Archive - Reformed RSS Feed

To the Ministers of the Church of Basle

Here is the opening of a letter John Calvin wrote to the ministers of the church of Basle regarding the persecution in France.

GENEVA, 13th November 1537. The urgent business on account of which we have thought it right to send this person by express to you may be stated in few words. A new outbreak of the cruel rage of the ungodly has burst forth at Nismes, as the place is now called, no mean city, a town of Languedoc, against the unhappy brethren who reside there, scattered up and down, and that at a time when we might have suspected nothing of the kind. Not very long ago we had obtained letters from the town councils of Strasbourg and Basle, by which the safety and personal security of all those, who were then imprisoned throughout France on account of religion, was commended to the care of Count William. That eminent person, as was reported, had obtained of the king that they should all be set at liberty. We rested secure in this expectation, until word was brought to us, that the fire of persecution was again raging in that quarter. Two persons have been burnt, concerning the manner of whose death you will hear from the eye-witness himself, for he can relate to you in Latin what he has narrated in detail to us. Continue Reading…

Calvin on Baptismal Mode

I’ve been reading about baptism lately and came across this comment by John Calvin (Institutes IV, xv, 19) on the issue of mode.

Whether the person baptised is to be wholly immersed, and that whether once or thrice, or whether he is only to be sprinkled with water, is not of the least consequence: churches should be at liberty to adopt either, according to the diversity of climates, although it is evident that the term baptise means to immerse, and that this was the form used by the primitive Church.

John Calvin, Institutes of the Christian Religion (Bellingham, WA: Logos Research Systems, Inc., 1997).

Institutes I, v, 9

We see there is no need of a long and laborious train of argument in order to obtain proofs which illustrate and assert the Divine Majesty. The few which we have merely touched, show them to be so immediately within our reach in every quarter, that we can trace them with the eye, or point to them with the finger. And here we must observe again (see chap. 2 s. 2), that the knowledge of God which we are invited to cultivate is not that which, resting satisfied with empty speculation, only flutters in the brain, but a knowledge which will prove substantial and fruitful wherever it is duly perceived, and rooted in the heart. The Lord is manifested by his perfections. When we feel their power within us, and are conscious of their benefits, Continue Reading…

Plenary Session—Part 3

After giving us a whirlwind history of the Dutch Reformed Church in South Africa, John W. de Gruchy concluded his remarks by demonstrating from the recent history of his country how Calvinism both supported and eventually refuted Apartheid, by reclaiming some of Calvin’s social justice mandates.

Kathy Dawson

Plenary Session—Part 2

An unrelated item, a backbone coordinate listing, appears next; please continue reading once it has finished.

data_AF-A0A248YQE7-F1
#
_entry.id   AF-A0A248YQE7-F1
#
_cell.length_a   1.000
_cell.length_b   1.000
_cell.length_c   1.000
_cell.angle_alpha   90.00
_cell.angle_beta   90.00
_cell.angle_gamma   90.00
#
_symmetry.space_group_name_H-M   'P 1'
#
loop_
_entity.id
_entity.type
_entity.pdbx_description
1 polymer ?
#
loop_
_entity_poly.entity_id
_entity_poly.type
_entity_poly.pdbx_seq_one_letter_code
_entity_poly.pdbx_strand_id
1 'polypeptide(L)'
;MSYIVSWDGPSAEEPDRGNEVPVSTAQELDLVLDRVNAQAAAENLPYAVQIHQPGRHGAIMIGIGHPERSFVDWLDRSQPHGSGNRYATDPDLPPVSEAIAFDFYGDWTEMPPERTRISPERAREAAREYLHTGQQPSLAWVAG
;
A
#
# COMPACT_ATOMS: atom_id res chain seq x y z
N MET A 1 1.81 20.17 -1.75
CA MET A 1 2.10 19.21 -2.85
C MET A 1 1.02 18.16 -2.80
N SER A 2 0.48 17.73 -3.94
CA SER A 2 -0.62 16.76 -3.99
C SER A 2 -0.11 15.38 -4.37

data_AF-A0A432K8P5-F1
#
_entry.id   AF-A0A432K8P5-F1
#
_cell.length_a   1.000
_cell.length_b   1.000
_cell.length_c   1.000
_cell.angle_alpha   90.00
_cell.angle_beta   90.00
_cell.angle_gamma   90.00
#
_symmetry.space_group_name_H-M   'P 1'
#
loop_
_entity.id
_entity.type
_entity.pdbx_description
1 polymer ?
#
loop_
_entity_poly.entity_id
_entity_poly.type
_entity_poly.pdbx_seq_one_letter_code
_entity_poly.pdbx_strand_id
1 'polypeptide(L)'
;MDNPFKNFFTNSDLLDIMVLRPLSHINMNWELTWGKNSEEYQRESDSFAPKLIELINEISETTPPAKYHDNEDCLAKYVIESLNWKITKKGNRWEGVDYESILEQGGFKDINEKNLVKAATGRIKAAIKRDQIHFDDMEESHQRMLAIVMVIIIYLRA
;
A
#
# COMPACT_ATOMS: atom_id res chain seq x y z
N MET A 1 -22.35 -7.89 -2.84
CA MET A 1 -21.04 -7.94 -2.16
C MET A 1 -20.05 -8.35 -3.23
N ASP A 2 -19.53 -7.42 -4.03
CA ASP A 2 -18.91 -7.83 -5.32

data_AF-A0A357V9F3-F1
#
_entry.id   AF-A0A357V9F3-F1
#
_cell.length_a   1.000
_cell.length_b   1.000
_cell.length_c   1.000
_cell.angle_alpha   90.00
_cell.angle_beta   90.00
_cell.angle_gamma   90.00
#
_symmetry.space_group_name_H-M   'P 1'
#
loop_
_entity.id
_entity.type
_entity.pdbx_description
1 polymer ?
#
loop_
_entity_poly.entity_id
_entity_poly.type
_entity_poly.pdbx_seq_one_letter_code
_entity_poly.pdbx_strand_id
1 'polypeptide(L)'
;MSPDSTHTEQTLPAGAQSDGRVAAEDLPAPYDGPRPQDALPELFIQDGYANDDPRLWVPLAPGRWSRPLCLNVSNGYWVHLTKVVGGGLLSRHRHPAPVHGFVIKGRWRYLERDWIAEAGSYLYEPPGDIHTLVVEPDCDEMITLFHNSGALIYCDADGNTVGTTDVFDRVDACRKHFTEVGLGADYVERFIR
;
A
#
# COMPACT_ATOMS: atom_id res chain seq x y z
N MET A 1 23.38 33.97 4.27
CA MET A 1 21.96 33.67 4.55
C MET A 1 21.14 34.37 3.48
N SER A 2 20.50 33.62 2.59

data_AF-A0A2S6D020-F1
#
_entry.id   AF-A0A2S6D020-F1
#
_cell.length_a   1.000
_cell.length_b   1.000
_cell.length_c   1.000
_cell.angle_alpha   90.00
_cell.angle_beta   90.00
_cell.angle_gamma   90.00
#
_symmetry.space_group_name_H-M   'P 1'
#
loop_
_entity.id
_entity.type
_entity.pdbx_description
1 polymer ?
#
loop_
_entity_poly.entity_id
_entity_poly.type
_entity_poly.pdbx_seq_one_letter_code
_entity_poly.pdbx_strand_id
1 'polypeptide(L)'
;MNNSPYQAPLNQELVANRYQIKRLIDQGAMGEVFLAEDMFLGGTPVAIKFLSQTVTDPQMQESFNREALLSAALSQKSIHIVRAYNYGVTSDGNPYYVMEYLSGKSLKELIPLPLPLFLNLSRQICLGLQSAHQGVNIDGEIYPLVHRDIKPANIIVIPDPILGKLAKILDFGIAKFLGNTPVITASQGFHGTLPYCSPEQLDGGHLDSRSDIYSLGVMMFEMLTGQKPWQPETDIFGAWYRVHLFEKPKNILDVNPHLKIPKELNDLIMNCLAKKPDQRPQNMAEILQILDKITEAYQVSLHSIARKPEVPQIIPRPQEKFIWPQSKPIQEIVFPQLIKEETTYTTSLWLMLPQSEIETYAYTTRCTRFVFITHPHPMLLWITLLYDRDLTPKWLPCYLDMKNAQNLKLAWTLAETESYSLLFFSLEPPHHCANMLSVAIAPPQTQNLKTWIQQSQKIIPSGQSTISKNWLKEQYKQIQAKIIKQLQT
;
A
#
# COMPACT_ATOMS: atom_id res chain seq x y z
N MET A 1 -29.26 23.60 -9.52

John W. de Gruchy from the University of Cape Town is now speaking about the influence of Calvin via the Dutch Reformed Church on South African society throughout its history. Calvinism first became established in South Africa in 1652, close to the same time it arrived in America.

Kathy Dawson

First Plenary Session—Part 1

Herman Selderhuis, President of the International Calvin Congress is concluding his remarks on “Survival of the Fittest? A Brief History of the Reception of Calvin’s Theology.” The gist of his paper was that Calvin’s works were not particularly well accepted when first published, but have stood the test of time partially because his theology seems to have avoided some of the polarity of the time and worked well with governing powers.

Kathy Dawson

In Geneva

We’re sitting here in the CICG conference with all the Calvinites awaiting the start of the International Calvin and His Influence Conference in Geneva. Our room looks like a United Nations set up with Smart tables and chairs, headsets for translation and a large panel table on the podium up front. There are people from many different parts of the world including a good representation of Presbyterians from the United States.
We’ll be live blogging here from the conference once it begins. We– being Columbia Theological Seminary students and faculty in attendance.

Kathy Dawson

John Calvin: Myth and Reality Starts Tomorrow

The “John Calvin: Myth and Reality” conference starts tomorrow and runs through Saturday (April 16–18). It is located in Grand Rapids, MI at Calvin Theological Seminary.

Speakers include:

  • Richard Mouw, President of Fuller Theological Seminary in Pasadena, CA, and author of Calvinism in the Las Vegas Airport (Grand Rapids, MI: Zondervan, 2004)
  • Richard Muller, P. J. Zondervan Professor of Historical Theology at Calvin Theological Seminary in Grand Rapids, MI, and author of After Calvin: Studies in the Development of a Theological Tradition (Oxford; New York: Oxford University Press, 2003) as well as General Editor of Baker Academic’s Texts and Studies in Reformation and Post-Reformation Thought
  • John L. Thompson, Professor of Historical Theology and Gaylen and Susan Byker Profressor of Reformed Theology at Fuller Theological Seminary in Pasadena, CA and author of Reading the Bible with the Dead: What you can Learn from the History of Exegesis That You Can’t Learn from Exegesis Alone (Grand Rapids, MI: Eerdmans, 2007)

For more information about Calvin 500 conferences, visit our Conferences page.

Page 11 of 11« First...«7891011

Don’t miss out

Get the latest Logos Bible Software news, content, and more—sign up today!